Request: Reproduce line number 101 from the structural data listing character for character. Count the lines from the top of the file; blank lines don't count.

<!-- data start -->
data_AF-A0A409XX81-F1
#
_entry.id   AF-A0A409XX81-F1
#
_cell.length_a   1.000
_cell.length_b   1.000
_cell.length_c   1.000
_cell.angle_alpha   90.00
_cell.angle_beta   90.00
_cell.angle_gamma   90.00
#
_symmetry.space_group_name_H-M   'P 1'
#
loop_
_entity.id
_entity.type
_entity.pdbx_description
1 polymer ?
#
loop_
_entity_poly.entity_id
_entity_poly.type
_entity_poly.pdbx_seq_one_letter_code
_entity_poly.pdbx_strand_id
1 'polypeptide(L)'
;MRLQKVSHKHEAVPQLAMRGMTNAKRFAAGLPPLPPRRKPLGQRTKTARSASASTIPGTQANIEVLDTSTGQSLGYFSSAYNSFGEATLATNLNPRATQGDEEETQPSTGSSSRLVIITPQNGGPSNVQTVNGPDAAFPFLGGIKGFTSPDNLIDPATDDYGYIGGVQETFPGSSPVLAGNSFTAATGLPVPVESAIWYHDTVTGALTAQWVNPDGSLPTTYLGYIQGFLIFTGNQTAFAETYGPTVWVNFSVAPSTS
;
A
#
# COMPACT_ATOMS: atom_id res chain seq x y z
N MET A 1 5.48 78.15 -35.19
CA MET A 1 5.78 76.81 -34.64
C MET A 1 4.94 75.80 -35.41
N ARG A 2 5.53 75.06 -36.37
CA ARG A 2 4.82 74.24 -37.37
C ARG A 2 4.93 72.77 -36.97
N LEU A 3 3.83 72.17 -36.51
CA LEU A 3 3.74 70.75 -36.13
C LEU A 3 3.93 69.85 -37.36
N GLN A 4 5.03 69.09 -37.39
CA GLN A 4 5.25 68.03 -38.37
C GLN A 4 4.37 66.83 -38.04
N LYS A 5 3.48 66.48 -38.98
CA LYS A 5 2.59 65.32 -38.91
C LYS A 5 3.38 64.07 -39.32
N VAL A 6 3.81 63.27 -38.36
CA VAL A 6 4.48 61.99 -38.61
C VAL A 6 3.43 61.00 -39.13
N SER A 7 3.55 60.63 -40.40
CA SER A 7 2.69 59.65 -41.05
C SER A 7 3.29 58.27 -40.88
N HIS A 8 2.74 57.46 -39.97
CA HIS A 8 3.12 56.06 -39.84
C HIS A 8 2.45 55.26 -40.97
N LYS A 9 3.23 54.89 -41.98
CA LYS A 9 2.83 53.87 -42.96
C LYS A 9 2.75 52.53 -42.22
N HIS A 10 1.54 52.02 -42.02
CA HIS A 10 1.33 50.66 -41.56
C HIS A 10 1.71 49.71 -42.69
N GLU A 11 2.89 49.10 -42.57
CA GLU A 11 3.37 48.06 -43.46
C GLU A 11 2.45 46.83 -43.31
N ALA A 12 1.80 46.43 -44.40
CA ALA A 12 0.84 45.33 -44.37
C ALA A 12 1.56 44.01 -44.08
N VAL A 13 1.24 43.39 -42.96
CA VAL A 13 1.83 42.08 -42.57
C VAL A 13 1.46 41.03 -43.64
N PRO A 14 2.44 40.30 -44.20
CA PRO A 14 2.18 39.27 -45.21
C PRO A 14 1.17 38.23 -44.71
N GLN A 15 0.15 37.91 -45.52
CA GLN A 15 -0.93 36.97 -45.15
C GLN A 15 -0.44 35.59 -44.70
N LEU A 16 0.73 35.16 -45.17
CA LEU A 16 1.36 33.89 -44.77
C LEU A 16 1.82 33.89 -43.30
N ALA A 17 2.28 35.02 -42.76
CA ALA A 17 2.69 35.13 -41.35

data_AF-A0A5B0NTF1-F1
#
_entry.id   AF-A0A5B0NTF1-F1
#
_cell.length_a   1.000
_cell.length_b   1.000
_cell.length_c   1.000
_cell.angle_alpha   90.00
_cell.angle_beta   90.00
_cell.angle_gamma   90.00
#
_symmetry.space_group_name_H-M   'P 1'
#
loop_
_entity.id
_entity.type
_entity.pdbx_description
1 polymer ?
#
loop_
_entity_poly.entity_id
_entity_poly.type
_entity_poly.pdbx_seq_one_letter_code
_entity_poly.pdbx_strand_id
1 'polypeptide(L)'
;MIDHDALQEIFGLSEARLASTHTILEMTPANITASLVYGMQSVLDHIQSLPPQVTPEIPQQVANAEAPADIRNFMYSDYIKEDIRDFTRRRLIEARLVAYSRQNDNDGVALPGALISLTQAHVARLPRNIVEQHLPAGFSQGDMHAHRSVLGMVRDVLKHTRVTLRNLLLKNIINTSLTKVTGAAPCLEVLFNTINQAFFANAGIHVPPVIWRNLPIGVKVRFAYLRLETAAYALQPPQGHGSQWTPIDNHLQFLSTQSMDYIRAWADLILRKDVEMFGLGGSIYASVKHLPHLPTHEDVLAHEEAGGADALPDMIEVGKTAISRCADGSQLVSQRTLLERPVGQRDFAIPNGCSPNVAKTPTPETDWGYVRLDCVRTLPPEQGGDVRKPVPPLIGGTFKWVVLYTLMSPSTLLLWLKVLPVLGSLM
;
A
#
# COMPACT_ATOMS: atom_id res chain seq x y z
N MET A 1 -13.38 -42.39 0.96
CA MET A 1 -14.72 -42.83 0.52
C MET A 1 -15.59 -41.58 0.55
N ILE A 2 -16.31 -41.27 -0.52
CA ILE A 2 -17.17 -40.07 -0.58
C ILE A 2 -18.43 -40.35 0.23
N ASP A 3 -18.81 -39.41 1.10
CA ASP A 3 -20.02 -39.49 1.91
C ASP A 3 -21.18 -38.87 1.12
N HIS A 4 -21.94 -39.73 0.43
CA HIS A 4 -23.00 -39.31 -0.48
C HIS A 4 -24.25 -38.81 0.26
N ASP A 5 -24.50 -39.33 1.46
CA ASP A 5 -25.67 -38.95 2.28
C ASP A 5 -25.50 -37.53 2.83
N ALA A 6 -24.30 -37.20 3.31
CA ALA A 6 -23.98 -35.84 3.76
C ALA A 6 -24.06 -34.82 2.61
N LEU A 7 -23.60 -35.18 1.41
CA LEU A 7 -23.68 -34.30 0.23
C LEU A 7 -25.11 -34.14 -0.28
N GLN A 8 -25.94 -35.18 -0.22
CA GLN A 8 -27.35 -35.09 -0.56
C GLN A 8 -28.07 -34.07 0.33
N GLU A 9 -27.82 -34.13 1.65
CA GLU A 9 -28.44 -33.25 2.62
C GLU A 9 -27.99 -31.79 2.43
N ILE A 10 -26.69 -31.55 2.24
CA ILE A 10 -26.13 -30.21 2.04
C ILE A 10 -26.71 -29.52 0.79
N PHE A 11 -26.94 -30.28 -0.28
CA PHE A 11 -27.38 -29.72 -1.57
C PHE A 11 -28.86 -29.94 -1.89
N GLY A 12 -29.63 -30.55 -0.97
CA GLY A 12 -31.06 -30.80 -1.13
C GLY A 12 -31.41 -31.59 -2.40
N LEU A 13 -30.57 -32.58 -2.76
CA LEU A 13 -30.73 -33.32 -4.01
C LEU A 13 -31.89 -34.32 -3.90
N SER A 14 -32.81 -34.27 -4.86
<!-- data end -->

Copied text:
_entity_poly.entity_id